Some other cast members have been at the STC before and include Anthony Roach as Dorante. Dorante is the good-looking hunk who isn’t quite bright. Anthony clearly is a good-looking hunk so that part is easy but it takes a good actor to play stupid so well. Anthony leaves this production to star in Guys and Dolls at the Goodspeed Theater Company. Then there is Christian Conn as Damis. He was at the STC as Dorante in The Liar among other productions. Not much to say about Christian other than he is a superb actor and great in this role. When he is onstage you are drawn to him. He is another actor that if we are lucky will continue to grace the STC stage. Michael Goldstrom as Mondor makes his STC debut and is perfectly cast and a wonder to watch. His comedic talents are clearly evident throughout the production. Peter Kybart as Baliveau and Adam LeFEVRE as Francalou both make their STC debuts and are perfectly cast and incredibly talented. Part of the wonder of Metromaniacs is that all the actors just seem like they are having a great time.
I was fortunate to be part of a theater party that had cocktails with the cast after the show. Each and every one of them is as nice off-stage as they are great on-stage. It’s always fun to hear their thoughts on the audience and what makes a production fun for them. Without exception they all raved about being in a production directed by Kahn. The play has been extended to the middle of March so you can still get tickets at STC. Don’t miss out on this fun evening in the theater.
I hadn’t heard much about Choir Boy before friends asked me to join them at the theater. My comment after the show was WOW! This is a powerful and well-acted acted piece of theater.
David Muse, the brilliant Artistic Director of the Studio Theatre writes “The play is written by Tarell McCraney, a celebrated American Playwright who has received a prestigious MacArthur ‘genius’ fellowship. He has had his plays produced at the Studio Theater more than four times and this past August received an honorary doctorate for his body of work from the University of Warwick. The amazing thing about all this is McCraney is only 34 years old.”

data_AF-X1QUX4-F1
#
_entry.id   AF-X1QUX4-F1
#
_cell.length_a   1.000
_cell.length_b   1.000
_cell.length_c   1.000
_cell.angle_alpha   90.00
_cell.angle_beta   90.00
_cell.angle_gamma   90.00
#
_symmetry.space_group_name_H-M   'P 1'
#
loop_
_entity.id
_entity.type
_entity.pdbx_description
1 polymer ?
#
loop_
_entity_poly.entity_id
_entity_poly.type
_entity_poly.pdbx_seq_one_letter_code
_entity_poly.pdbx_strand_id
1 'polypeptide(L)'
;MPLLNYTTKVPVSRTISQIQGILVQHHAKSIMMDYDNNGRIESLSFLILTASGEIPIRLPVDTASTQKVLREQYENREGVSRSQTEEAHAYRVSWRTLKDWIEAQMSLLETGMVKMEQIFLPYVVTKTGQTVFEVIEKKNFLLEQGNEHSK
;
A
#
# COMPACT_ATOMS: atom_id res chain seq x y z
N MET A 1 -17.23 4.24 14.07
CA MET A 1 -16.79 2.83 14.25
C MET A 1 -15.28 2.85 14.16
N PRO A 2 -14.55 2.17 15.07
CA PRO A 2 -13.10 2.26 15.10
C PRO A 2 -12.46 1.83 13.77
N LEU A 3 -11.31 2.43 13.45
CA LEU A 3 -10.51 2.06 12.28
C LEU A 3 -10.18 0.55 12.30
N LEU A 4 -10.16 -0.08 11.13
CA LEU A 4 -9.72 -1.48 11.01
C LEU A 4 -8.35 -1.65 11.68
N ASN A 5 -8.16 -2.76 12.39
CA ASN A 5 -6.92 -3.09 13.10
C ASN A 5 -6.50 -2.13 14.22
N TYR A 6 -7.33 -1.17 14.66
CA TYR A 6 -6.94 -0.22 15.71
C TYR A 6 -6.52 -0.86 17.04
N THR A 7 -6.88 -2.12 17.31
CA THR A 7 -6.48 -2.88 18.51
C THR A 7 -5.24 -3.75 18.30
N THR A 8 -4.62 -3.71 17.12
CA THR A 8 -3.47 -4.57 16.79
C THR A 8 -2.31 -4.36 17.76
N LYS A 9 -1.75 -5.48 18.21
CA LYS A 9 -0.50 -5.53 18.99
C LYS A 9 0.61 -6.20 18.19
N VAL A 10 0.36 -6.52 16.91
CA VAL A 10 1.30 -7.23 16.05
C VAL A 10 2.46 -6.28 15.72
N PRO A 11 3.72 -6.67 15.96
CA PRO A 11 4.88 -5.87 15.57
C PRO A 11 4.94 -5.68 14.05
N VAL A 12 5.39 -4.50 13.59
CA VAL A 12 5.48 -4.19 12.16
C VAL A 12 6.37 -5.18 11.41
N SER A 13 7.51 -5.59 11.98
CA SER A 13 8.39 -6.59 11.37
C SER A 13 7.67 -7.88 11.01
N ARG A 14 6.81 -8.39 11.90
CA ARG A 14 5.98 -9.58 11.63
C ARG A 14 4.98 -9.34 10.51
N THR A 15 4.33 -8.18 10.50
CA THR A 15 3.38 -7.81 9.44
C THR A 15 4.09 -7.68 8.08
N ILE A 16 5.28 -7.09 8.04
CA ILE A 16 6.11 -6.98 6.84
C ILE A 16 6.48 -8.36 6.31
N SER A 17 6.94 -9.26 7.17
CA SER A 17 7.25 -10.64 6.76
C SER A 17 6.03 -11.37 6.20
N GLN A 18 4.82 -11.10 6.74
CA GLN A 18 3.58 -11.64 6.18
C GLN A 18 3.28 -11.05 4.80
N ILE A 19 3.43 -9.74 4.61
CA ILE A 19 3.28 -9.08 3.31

Choir Boy takes place in the fictional Charles R. Drew Prep School for Boys; an elite historically Black boarding school preparing young men for greatness. Pharus (acted to perfection by the very talented Jelani Alladin), struggles with his dual goals of becoming the lead in Drew’s legendary gospel choir and his need to belong. His character’s struggle plays out against the other students who are dealing with issues of faith, sexuality, legacy and race. Pharus is trying to reconcile this being gay with wanting to be accepted by the other students in the choir who do what so many young men do and call anyone who appears at all feminine unprintable names. His new roommate Anthony Justin ‘AJ’ James (acted with startling perception and feeling by Jaysen Wright) is openly and proudly heterosexual, has the best physique of all the students and is on the baseball team. But of all the boys in the choir he shares the most empathy with Pharus and is an example to everyone what it means to be a person of grace, decency and understanding.
Then there is David (Jonathan Burke) who wants to be a preacher but has to deal with his being gay as well. His interactions with Pharus are unfortunately so real that many young men trying to deal with their own sexuality in a world that still doesn’t accept being Gay may see themselves.
All in all, this is a play that needs a wide audience because it talks of the human condition. It is the story of too many boys trying to grow up in a world in which they don’t quite fit and wanting desperately to be accepted by their peers and their parents. The rest of the cast especially Keith Antone as Bobby and Eric Lockley as his sidekick Junior are wonderful. Alan Wade as Mr. Pendleton and Marty Austin Lamar as Headmaster Marrow pull the production together and share with the audience how some adults try to deal with, and not always successfully, young men trying to find themselves and reach maturity.
This is a play that makes you think and makes you want to do something to help all young people find an easier route to adulthood. That may not be possible but it leaves you wanting to try. The production has been extended through March 1. Tickets are available at Studio Theatre.